You might have heard: Journalists give industry mixed reviews on newsroom diversity (Pew Research Center) 

But did you know: Investigative newsrooms don’t reflect communities they cover (Los Angeles Times) 

A survey of investigative newsrooms by the National Association of Hispanic Journalists found that 60% of investigative journalists are white. The survey also found that Asian Americans and Pacific Islanders are overrepresented in investigative newsrooms, while Black, Hispanic, Middle Eastern and Indigenous people are underrepresented. The report notes that imbalances in representation impact the newsrooms’ abilities to “accurately reflect and address the concerns of diverse communities.” 

+ Noted: Cheddar, the ‘CNBC for millennials,’ furloughs workers (The New York Times); Embattled boss Richard ‘Mad Dog’ Beckman is out at The Messenger (The Daily Beast); Carlos Watson’s Ozy Media lawsuit accuses Ben Smith, BuzzFeed and Semafor of stealing trade secrets (Variety) 


How The Atlanta Journal-Constitution used iPads to move readers away from print (The Lenfest Institute) 

In an effort to transition some committed print readers to digital subscriptions, The Atlanta Journal-Constitution loaned iPads to subscribers and offered readers training on how to use them. The cost of the iPad plus all associated accessories was $350 and the annual cost of delivering a daily newspaper was about $300 per subscriber, meaning the cost of the iPad would be recouped in the second year. The subscribers who opted to receive the iPad were more likely to remain digital-only subscribers than those who declined. 

This case study is part of Beyond Print, a program created by The Lenfest Institute for Journalism and the American Press Institute to help guide publishers away from print-centric revenue models toward a sustainable digital future.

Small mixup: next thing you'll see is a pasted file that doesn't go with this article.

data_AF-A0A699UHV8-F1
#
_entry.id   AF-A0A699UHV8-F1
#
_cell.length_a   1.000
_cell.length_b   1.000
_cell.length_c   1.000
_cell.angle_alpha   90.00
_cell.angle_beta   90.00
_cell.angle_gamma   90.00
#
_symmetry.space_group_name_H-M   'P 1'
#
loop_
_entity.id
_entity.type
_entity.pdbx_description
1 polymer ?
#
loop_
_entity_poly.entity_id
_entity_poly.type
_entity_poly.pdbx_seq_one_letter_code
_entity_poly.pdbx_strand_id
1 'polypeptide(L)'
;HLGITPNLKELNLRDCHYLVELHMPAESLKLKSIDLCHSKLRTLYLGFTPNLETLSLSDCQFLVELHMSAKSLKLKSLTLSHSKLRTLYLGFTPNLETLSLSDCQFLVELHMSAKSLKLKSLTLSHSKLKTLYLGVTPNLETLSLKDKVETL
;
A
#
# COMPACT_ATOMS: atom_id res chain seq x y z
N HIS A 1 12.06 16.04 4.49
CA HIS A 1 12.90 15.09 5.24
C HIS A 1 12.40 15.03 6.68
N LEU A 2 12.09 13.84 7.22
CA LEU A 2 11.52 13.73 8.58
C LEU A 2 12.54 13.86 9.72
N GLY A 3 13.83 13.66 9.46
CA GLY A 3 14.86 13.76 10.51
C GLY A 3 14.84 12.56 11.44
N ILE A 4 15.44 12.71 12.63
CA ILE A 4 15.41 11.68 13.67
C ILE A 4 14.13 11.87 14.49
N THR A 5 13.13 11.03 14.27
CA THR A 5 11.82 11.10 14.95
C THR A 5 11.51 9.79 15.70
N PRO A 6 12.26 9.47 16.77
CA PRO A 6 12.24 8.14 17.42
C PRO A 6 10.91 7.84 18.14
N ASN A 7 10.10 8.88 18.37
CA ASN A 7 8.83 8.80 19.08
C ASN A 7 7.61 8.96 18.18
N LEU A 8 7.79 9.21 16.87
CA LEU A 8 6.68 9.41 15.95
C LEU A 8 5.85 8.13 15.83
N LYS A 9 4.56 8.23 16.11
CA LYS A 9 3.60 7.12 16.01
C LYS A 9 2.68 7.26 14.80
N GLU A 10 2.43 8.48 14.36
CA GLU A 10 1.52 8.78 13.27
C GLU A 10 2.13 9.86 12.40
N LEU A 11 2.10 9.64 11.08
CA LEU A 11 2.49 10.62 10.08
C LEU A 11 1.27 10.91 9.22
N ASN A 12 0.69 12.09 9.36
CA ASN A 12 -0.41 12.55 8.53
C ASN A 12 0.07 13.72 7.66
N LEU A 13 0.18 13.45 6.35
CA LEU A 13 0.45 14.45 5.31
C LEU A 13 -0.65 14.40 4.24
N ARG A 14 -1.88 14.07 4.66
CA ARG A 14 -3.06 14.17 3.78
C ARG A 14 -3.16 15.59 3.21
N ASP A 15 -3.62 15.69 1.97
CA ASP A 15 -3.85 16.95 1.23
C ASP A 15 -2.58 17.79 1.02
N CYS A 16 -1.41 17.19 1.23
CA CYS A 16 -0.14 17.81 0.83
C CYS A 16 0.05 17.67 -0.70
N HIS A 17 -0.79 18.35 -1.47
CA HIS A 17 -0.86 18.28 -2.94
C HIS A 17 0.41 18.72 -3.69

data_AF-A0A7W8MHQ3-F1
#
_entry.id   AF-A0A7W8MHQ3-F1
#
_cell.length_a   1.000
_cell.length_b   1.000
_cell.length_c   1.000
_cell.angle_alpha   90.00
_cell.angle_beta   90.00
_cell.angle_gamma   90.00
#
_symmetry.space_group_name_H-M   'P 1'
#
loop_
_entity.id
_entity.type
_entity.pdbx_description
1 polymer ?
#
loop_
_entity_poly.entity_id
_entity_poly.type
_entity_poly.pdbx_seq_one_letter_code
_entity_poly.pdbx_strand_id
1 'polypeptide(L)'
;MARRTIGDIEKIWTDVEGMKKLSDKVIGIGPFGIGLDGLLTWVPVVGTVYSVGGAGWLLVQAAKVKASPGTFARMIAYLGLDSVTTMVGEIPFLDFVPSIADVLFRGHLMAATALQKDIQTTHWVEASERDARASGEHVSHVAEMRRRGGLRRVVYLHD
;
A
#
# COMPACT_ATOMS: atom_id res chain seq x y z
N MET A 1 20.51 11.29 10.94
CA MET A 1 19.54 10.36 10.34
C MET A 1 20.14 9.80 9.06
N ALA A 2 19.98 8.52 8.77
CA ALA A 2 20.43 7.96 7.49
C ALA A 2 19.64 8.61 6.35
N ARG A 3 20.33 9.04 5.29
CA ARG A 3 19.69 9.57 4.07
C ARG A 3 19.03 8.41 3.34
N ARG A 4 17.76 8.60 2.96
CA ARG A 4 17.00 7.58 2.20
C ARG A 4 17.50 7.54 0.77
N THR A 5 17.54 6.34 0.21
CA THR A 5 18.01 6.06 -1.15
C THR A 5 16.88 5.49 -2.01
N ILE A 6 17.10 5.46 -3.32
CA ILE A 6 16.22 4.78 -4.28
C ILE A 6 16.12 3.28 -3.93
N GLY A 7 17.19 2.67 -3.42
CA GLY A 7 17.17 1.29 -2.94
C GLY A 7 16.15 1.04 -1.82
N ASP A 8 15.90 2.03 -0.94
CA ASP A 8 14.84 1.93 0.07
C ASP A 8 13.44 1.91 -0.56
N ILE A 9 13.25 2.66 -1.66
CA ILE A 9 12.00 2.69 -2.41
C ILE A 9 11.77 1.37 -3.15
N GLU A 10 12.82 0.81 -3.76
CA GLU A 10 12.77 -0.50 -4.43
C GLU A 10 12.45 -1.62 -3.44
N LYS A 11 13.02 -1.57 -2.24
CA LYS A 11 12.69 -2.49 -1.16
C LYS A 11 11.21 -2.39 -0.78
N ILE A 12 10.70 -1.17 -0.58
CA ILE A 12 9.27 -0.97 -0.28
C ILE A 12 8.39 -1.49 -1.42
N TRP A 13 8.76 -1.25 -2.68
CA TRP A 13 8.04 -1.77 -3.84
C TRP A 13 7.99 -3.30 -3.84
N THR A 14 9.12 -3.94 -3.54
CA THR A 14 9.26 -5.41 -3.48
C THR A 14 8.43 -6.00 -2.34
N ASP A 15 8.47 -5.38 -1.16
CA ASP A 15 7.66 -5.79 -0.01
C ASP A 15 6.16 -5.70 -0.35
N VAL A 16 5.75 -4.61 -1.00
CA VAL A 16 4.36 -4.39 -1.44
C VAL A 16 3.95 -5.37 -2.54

Months after Maui wildfires brought death and devastation, Honolulu Civil Beat remains committed (Poynter) 

After deadly wildfires devastated the island of Maui in August, nonprofit newsroom Honolulu Civil Beat switched its focus from longform journalism to breaking news. Five months later, Civil Beat has established a bureau on Maui and is still publishing stories on the fires at least weekly. The stories cover a slew of angles, from legislative follow-ups to the impact on the electrical grid to investigations into developers looking for fire-related subsidies. The team has also pursued two ongoing projects — one that explores the survivors who are rebuilding, and the other that memorializes everyone who died in the fires. 


News for All explores how journalism can fix its trust issues ( 

In the UK, the News for All project is a collaboration between the BBC and the Welsh media group Media Cymru. The group is focused on how marginalized communities view the media industry, with a particular focus on how public media is often viewed as an extension of the state, is not really meant for them, and often has a negative impact rather than a positive one in their lives. The project involves a series of in-person community-led events that emphasizes the stories of groups that have been overlooked or harmed by the media. 


X once again adds headlines to article links — but with tiny text (The Verge)

X (formerly Twitter) has added headlines back to article links, although in a different format. Instead of a full text box below the picture, the headline appears in a small font overlaid at the bottom of the graphic. If the headline is more than one line, it is cut off with an ellipsis. The headlines were removed last year because CEO Elon Musk felt they made the site look cleaner, but many users complained that it was harder to know what you were clicking on.


A look at impactful investigative journalism from every state in 2023 (X, @joey_cranney) 

In this thread, Joseph Cranney, an investigative reporter at The Times-Picayune and co-founder of Local Matters, highlighted a piece of investigative journalism from every U.S. state. “It’s easy to treat the media as a punching bag. But look to the nation’s local newsrooms. For little money or recognition, reporters in 2023 stood up to power brokers who tried to bully them into silence, exposed corrupt officials and even saved lives,” he wrote.